One of the best ways to save money when buying photography equipment is buying used. Sure, there may be one or two risks involved, the benefits far outweigh them. Today, I want to deconstruct buying used cameras. Let’s look at how, where, and why look for one.
One of the first questions you should ask is something like what camera should I buy? Sure enough, buying a camera is a very important choice, there are a lot of things to pay attention to. At the same time, nearly always buying an albeit chapter but still, the amateur camera is the option most beginners go to. Fair enough, perhaps you can get a decent camera-lens combo for under $1,000 new. However, that leaves a void only a “better” camera can fill. Anything from ergonomics to focus peaking in the video, there’s always something missing. Besides, the build quality is all that not impressive with entry-level cameras.
Professional cameras vs Amateur cameras
On the other hand, professional cameras have significantly better build quality, as well as more specs that enable creative possibilities and options. As photographers, the last thing we want to limit is our creative possibilities; be it knowledge, or technical ability. One of the tools to do that is of course looking towards more professional gear. It looks great on store shelves, in-camera marketing videos, and in pros hands. While the camera you have is technically just a tool, it is an important tool indeed. Professional cameras are almost perfect. The only thing stopping them from becoming the holy grail of perfection is the price tag. I’d struggle to find a professional camera brand-new for under $2,700. Most are closer to a $3,500 tag.
Buying new gear is burning cash
I believe that when you’re buying new gear and opening the box you’re burning thousands in cash. As my grandma would once say “the moment you walk out of the store It’s lost half its value”. This is nearly exactly true. While some buy gear and burn cash, others wait for a year or two and buy the same gear without burning cash. How? By buying used.
Places to buy
Before going any further, I need to dedicate a paragraph to searching for the right match. It’s almost like Tinder only you get a camera and not just for one night.
One of the best things about buying from big stores is not worrying about discrepancies between the description and the product. Big stores test (unless otherwise stated) and aim to sell their gear at the end of the day. This would be the go-to place for anyone who wants to save cash without worrying about testing.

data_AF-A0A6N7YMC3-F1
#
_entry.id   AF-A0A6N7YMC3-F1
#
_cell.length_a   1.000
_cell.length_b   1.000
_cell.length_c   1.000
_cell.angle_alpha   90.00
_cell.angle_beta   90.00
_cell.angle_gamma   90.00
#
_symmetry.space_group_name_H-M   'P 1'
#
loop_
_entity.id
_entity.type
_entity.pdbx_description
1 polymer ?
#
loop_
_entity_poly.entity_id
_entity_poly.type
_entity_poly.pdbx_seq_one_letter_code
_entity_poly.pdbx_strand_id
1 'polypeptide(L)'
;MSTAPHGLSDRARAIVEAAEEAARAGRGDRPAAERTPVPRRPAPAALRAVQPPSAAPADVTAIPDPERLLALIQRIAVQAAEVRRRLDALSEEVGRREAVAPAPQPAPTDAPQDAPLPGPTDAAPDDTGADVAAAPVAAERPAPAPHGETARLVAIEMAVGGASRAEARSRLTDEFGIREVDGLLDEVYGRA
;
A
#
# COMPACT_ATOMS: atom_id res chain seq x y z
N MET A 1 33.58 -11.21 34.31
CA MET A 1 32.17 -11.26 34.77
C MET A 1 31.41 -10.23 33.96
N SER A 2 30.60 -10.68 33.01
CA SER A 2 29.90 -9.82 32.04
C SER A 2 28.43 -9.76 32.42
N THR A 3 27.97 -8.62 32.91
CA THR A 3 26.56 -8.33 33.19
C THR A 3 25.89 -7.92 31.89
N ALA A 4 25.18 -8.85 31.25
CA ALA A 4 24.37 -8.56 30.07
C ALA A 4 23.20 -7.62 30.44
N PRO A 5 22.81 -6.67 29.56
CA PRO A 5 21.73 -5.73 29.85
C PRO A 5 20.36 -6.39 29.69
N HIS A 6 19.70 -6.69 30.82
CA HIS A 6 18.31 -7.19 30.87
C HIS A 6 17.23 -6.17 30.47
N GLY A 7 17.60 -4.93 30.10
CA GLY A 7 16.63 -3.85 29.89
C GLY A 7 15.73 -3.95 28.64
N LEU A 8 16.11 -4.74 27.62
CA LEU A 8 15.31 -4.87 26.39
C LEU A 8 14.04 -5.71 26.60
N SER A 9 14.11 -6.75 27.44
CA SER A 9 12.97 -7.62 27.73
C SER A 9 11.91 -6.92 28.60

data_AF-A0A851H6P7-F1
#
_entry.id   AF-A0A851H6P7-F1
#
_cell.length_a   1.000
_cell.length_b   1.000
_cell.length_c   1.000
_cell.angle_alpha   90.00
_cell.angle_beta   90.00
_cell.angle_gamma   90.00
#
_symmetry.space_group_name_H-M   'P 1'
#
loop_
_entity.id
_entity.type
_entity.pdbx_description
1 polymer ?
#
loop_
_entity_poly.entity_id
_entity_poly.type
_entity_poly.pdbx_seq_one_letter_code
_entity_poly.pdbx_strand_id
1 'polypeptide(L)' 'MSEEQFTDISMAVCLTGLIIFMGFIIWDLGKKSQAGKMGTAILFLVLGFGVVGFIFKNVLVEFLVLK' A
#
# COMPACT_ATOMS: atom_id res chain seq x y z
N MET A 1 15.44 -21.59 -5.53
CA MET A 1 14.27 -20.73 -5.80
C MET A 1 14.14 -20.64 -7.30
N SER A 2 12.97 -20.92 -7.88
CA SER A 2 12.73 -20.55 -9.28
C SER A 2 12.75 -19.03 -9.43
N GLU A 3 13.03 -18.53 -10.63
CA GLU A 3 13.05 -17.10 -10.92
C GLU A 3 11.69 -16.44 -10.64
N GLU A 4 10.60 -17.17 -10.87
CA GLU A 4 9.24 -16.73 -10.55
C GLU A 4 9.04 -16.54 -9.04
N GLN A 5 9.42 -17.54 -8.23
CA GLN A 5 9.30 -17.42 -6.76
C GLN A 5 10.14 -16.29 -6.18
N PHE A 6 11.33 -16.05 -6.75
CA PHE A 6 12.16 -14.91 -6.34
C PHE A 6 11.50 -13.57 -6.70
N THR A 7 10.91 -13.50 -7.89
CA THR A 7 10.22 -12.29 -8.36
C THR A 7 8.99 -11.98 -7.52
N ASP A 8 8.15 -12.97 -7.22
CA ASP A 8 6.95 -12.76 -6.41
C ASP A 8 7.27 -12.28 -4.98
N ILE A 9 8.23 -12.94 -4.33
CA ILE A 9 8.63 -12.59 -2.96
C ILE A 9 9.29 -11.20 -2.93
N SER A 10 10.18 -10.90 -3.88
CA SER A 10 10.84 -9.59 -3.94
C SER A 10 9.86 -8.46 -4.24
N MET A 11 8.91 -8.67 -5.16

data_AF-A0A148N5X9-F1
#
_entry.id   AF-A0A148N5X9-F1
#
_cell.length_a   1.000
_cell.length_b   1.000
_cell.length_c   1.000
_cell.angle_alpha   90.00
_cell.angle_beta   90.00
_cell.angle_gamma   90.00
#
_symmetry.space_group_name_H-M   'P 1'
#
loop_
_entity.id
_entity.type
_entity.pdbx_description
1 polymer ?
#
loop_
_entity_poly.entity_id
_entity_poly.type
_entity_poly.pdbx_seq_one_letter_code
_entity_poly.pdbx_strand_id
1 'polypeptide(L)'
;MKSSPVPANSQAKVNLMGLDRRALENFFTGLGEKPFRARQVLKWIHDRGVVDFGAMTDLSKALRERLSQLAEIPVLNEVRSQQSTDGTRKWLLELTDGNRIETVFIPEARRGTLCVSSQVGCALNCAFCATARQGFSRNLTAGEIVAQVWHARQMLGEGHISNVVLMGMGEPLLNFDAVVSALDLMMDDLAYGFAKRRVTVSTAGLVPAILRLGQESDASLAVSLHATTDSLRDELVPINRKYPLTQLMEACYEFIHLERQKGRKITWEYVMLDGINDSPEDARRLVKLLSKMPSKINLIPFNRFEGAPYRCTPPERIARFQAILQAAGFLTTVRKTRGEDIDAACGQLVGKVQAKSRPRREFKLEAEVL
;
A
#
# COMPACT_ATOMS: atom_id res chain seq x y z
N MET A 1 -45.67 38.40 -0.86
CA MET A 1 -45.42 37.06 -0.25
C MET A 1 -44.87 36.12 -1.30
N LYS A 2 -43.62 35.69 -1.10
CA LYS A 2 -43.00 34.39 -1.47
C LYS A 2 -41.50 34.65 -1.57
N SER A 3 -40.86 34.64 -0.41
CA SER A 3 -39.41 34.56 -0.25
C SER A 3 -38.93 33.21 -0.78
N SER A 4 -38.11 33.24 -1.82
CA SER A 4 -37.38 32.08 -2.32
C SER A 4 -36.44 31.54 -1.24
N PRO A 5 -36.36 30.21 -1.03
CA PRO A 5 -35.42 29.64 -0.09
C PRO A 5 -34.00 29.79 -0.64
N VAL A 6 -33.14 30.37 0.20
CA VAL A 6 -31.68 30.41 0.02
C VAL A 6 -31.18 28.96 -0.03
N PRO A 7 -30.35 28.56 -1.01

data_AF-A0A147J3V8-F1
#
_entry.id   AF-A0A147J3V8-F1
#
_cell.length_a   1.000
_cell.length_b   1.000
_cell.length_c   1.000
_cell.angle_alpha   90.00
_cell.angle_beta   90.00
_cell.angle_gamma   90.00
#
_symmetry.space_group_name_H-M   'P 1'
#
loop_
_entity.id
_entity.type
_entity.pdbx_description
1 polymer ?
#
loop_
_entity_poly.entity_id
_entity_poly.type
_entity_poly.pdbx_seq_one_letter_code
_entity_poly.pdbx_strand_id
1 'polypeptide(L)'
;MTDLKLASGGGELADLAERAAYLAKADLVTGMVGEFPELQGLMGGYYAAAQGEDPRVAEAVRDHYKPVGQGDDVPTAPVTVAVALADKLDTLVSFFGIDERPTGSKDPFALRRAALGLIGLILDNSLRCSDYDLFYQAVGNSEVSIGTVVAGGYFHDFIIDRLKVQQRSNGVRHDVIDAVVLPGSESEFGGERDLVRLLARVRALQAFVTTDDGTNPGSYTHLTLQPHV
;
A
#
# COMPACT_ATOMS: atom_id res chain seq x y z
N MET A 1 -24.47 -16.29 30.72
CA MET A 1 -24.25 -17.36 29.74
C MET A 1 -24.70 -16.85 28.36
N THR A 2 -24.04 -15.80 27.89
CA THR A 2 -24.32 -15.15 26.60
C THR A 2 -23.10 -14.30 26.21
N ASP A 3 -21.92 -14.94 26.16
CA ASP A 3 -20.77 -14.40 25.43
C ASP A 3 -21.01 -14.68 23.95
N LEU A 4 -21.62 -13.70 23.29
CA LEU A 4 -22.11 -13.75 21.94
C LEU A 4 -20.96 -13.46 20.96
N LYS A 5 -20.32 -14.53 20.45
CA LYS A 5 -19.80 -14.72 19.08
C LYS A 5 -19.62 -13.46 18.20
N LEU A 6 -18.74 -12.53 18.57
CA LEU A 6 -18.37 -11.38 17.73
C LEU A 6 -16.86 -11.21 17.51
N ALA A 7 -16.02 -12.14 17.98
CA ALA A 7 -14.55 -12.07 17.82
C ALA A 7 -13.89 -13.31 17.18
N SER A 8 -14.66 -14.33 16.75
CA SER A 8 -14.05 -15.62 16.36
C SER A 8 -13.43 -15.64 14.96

A benefit MPB has over Adorama or b&h is that they specialize in selling used gear. This would mean a greater choice, as well as potentially more expertise. One benefit of buying used gear from MPB is being able to trade in your current stuff for a discount. There is rarely a shortage of things at MPB.
If you’re looking to haggle on the price, and get an unbelievably good deal this is for you. Sure it’s riskier, as you might not see an issue, but at the same time, most things sold are in good condition. So far, I haven’t walked off a Facebook marketplace purchase because an item was not as listed. I have, however, walked off with thousands in cash saved.
Craigslist (ebay-kleinanzeigen gumtree etc)
Although this is similar to Facebook Marketplace on the surface, there are some core differences. The main one being that there is usually more choice on these sites as some people choose to not use social media that tracks every step. Living in Europe, I made myself a list of sites like this for every EU country. This helps me get a $2500 light for $900 from Finnland and a $3500 camera also for $900, this time from Austria.
I must mention eBay, as it is a go-to for many. Personally, I stayed off eBay for quite some time now, and for good reason: the market is overinflated and it takes forever to ship. If a lens is selling for $700 on Facebook, it will be $1000 on eBay for no good reason. Finding a good deal on eBay is an art of which I am no master. If you are, let me know in the comments, I’d love to find out!
Buying a Camera Body
One of the most common things to buy used is of course a camera body. Here is a real listing I found and took images+description from. I will break down my thought process when examining such a listing.
This one was going for $450 with an unknown shutter count.
Just by looking at the picture I notice a few dings in the camera, however, those are just signs of use. When a camera is worn on the neck or just placed on the table it gets those scratches. On the good side, there are two batteries and three memory cards that should be replaced but can be used as semi-reliable backups.
The description is fairly standard, with no unusual odd-sounding phrases or incohesive sentences. the only piece of information lacking, which can also be a negotiation point is the shutter count. For any professional camera, if it’s above 50,000-70,000 I would advise against buying it. That said if a camera has 100,000 but a ridiculously good price I would go for it if I’m confident. That’s what my 5Ds purchasing experience has been.
If I’m in the market for a bargain, I would ask the shutter count, and see to negotiate the price down to $400. This one is a buy.
Saving $2000 on gear is just one single case of how used gear can help you end up owning more for less. There is also an environmental side to this, as buying second-hand is very eco-friendly. With environmental concerns ever-growing, it’s just one more benefit of getting second-hand equipment.
What do you think about buying second-hand? How was your experience with it? Let me know in the comments! I always read them.
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